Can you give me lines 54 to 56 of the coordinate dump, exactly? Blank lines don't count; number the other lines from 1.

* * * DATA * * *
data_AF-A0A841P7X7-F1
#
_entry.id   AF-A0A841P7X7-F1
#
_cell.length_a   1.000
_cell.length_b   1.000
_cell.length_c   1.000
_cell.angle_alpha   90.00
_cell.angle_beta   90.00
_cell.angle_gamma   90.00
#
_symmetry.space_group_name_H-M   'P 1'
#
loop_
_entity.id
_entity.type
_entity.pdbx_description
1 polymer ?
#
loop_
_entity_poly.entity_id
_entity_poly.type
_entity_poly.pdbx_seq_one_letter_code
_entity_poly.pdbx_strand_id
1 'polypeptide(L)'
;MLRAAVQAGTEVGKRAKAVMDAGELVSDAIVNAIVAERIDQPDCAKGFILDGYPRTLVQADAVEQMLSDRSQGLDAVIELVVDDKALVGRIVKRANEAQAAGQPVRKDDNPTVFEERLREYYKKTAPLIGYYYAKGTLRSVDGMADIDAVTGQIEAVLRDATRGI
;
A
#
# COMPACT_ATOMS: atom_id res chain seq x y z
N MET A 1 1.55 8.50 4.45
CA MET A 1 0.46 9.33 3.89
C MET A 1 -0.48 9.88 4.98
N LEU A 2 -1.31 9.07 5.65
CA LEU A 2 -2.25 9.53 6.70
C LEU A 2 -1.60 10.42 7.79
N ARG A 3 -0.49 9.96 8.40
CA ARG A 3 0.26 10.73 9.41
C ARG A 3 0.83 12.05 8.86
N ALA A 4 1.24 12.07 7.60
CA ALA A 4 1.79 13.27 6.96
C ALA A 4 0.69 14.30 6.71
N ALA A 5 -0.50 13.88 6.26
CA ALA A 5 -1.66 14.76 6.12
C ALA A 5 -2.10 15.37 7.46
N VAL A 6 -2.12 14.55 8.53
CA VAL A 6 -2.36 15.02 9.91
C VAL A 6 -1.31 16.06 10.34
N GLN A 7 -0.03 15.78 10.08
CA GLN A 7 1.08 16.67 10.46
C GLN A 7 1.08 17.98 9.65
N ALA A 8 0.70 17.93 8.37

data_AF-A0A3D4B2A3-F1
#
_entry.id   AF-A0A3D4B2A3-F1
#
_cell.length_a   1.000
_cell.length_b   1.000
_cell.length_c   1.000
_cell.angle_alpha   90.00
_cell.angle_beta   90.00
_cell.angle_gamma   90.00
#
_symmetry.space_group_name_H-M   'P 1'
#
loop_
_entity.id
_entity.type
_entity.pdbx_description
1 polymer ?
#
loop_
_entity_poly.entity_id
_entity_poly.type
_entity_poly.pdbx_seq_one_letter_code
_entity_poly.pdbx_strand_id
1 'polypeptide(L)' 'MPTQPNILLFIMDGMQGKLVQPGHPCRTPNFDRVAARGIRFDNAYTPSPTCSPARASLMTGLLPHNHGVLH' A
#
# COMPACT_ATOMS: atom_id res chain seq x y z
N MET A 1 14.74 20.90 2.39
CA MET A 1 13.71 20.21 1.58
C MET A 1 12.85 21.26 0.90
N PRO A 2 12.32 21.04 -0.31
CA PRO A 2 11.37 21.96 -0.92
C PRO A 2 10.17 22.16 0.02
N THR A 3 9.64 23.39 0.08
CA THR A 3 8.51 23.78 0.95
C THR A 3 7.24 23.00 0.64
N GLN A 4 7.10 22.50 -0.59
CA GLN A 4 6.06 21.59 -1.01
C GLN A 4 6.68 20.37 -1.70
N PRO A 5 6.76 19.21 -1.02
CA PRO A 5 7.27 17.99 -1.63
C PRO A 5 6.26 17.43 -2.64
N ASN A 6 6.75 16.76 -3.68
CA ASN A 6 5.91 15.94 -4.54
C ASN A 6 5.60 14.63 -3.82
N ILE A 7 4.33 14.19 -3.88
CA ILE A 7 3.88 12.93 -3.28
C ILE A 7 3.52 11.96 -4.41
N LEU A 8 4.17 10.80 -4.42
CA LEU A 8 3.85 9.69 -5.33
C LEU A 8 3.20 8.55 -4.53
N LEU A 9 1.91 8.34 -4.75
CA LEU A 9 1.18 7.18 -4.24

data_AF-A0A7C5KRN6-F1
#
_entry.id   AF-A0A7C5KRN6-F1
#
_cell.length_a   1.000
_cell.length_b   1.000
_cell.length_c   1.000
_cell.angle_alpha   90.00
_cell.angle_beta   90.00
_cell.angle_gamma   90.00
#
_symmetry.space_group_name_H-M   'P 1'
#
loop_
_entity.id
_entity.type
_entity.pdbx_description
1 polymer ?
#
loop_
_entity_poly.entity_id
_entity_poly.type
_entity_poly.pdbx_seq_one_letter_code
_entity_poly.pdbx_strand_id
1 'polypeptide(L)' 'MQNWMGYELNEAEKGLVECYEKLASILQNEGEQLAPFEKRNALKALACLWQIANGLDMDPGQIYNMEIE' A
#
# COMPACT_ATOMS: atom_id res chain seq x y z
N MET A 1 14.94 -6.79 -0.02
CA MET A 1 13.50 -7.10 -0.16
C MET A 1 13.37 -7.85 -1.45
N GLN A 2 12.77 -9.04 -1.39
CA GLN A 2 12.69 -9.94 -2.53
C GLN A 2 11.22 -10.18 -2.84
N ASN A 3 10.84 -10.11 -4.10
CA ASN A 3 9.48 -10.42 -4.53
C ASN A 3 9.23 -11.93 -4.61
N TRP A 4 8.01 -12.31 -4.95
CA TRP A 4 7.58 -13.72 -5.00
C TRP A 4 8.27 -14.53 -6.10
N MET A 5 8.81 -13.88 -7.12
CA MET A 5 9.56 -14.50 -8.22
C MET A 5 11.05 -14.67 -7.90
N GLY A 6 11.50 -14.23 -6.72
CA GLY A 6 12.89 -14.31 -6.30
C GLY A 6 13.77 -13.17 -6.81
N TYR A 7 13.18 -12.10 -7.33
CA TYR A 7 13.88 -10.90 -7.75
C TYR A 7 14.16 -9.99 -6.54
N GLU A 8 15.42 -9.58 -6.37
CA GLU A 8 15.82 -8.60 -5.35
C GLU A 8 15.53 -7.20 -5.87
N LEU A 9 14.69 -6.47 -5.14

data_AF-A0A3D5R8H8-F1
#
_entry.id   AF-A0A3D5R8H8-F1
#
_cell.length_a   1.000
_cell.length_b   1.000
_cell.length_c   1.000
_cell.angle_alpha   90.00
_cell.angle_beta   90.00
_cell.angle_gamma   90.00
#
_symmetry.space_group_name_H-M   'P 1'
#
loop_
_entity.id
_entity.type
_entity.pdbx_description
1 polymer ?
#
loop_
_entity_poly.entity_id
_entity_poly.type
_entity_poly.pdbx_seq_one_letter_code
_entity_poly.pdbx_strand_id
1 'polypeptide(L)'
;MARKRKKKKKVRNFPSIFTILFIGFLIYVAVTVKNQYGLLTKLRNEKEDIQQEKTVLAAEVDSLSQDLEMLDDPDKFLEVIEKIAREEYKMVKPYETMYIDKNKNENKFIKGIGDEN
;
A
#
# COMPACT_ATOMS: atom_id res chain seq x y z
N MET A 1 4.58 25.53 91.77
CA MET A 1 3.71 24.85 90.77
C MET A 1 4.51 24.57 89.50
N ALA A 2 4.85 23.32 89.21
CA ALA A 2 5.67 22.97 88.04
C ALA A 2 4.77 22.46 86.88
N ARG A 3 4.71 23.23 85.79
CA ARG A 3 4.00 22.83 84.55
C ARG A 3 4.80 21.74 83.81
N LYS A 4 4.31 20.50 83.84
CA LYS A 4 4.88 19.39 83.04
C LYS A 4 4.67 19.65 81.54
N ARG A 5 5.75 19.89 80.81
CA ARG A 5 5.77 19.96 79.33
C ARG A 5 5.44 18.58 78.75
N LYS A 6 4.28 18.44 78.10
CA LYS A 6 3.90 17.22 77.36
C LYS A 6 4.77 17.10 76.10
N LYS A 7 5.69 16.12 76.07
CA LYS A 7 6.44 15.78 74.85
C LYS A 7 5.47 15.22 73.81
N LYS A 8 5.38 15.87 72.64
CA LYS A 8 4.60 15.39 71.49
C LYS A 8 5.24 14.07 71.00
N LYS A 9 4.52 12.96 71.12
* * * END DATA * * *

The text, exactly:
#
_entry.id   AF-A0A3D4B2A3-F1
#